GLOBAL mergers and acquisitions (M&A) may rebound from a four-year low next year, rising roughly 15 per cent to about $2.5 trillion (£1.5 trillion) to $2.7 trillion as the dealmaking environment improves, strategists at UBS said.
Any such pick-up would be welcome for shareholders — UBS said investors have historically received bid premiums of 30 to 40 per cent — and for banks and law firms, who can reap big fees for helping structure deals. Global M&A has plunged 40 per cent in the year to 29 October, according to Thomson Reuters data, with $1.55 trillion of deals announced. In 2007, the peak of the last merger boom, full-year M&A topped $4.28 trillion.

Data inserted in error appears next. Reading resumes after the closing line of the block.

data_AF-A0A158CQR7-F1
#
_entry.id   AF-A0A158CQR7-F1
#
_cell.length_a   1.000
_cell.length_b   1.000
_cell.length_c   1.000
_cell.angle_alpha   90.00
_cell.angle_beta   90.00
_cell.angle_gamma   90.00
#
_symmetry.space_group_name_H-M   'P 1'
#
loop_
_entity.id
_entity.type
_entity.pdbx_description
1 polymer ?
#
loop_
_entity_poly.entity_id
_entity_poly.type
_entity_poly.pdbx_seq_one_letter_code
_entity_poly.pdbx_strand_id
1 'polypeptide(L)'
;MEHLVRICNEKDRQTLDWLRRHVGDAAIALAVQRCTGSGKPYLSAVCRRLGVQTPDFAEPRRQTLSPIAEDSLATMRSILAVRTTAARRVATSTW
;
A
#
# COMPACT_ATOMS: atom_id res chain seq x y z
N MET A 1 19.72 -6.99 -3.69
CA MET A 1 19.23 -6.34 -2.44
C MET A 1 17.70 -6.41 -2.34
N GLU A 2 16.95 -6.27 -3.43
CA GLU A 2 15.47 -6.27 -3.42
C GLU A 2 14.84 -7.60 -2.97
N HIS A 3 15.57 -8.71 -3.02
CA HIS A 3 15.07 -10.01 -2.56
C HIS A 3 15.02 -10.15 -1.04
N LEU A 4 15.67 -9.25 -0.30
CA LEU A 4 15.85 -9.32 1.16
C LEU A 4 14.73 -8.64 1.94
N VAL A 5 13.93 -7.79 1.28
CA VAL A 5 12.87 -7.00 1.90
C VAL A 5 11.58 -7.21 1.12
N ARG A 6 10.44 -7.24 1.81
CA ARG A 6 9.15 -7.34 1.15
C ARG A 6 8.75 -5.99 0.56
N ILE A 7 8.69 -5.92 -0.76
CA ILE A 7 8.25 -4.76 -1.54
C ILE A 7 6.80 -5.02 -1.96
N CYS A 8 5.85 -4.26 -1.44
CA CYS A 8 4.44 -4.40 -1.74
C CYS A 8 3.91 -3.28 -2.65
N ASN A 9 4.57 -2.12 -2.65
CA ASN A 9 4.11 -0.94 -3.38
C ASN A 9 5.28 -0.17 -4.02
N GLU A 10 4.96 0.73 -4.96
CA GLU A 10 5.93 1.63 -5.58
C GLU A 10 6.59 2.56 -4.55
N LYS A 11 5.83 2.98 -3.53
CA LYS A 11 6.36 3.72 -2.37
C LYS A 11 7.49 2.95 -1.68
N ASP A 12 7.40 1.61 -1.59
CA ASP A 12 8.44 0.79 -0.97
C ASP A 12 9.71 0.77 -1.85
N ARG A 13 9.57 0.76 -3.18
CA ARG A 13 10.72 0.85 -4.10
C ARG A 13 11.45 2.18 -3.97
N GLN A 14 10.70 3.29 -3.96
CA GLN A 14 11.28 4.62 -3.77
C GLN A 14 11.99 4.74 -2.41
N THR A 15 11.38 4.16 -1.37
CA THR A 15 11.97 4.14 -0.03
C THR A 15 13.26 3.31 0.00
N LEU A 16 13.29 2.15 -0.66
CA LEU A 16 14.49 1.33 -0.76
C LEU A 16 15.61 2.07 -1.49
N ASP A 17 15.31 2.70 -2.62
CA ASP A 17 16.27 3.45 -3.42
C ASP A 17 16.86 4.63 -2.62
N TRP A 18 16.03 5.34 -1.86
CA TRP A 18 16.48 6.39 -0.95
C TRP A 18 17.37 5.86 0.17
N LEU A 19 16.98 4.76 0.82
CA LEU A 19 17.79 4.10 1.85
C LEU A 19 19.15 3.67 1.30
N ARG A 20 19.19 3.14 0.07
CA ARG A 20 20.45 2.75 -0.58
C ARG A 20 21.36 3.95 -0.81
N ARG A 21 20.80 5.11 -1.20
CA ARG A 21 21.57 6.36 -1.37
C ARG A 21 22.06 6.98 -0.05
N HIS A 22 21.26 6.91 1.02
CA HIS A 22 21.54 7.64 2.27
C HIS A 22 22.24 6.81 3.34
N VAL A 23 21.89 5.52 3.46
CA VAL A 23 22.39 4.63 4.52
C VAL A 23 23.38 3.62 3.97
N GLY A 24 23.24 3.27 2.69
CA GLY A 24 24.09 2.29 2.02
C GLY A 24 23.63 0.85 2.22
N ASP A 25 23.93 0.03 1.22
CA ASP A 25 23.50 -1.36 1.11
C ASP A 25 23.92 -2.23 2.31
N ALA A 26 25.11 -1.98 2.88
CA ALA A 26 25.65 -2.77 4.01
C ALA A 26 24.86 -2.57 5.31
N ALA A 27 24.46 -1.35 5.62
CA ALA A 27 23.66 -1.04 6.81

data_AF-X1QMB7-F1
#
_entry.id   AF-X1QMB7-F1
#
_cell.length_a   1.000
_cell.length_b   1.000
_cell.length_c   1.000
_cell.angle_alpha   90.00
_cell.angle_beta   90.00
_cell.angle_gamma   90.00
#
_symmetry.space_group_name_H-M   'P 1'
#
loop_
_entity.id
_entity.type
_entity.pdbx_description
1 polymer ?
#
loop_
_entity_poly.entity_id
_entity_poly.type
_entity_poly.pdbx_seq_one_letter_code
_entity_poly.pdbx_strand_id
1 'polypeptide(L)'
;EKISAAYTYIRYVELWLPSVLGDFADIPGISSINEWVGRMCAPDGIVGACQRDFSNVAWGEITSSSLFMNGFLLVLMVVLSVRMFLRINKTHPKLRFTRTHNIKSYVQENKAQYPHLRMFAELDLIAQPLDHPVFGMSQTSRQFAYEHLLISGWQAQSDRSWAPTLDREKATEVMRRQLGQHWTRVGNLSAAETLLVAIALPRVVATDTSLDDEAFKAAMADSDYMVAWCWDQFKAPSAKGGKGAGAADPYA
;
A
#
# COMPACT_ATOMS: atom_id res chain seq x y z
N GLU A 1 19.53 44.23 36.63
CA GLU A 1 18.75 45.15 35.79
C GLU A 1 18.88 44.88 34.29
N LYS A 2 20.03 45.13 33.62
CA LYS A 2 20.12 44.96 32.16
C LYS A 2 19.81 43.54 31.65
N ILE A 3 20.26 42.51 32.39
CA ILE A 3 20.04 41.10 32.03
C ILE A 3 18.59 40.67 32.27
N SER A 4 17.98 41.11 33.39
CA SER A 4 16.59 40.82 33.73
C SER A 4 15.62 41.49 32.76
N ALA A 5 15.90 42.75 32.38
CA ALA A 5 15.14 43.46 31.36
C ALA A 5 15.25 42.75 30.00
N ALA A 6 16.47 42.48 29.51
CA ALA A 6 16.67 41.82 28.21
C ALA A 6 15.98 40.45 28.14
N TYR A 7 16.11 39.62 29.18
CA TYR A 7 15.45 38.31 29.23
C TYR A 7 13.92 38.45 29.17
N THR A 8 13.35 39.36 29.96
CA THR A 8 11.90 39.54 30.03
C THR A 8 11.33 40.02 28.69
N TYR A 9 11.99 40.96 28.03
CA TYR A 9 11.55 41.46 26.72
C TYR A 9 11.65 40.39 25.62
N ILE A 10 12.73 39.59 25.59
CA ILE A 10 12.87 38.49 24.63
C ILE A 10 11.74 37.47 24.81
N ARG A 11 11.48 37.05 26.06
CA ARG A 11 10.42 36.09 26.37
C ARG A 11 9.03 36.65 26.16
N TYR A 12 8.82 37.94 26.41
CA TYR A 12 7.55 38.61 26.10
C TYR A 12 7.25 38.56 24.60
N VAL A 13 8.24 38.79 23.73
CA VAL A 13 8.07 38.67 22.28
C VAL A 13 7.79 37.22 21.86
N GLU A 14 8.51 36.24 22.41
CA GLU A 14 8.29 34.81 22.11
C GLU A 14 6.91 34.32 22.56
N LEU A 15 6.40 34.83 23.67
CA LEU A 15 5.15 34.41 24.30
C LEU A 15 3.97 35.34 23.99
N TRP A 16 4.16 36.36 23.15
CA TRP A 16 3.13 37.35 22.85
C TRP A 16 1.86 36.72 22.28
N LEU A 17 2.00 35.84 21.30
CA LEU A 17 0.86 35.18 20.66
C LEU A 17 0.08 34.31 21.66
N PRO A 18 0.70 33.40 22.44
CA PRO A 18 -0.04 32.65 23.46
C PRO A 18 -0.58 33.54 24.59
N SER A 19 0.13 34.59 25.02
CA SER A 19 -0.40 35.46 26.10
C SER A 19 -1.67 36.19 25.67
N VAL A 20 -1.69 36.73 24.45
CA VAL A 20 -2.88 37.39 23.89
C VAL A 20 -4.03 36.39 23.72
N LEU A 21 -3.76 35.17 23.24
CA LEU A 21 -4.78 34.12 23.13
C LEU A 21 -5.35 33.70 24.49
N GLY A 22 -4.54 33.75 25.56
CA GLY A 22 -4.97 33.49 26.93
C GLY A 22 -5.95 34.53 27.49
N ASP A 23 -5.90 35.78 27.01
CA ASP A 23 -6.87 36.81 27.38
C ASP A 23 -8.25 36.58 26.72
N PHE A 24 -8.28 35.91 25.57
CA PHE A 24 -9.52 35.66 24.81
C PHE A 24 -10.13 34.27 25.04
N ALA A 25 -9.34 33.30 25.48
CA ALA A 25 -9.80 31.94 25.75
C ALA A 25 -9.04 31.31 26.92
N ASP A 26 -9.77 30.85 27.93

UBS strategists, led by Jeffrey Palma and Daniel Stillit, said many companies were generating significant cash flow, while sluggish economic growth meant companies would often have to buy growth rather than expand organically.
“The biggest driver of an increase in activity is likely to be the increase in risk appetite in equity markets and in the boardroom, a return to earnings growth and profitability by World Inc and a backlog of pending asset disposals,” they wrote in a note. “Credit conditions are also supportive and we expect private equity and bank lending to pick up at some point next year.”
M&A has been stymied this year as the credit crisis made financing hard to obtain.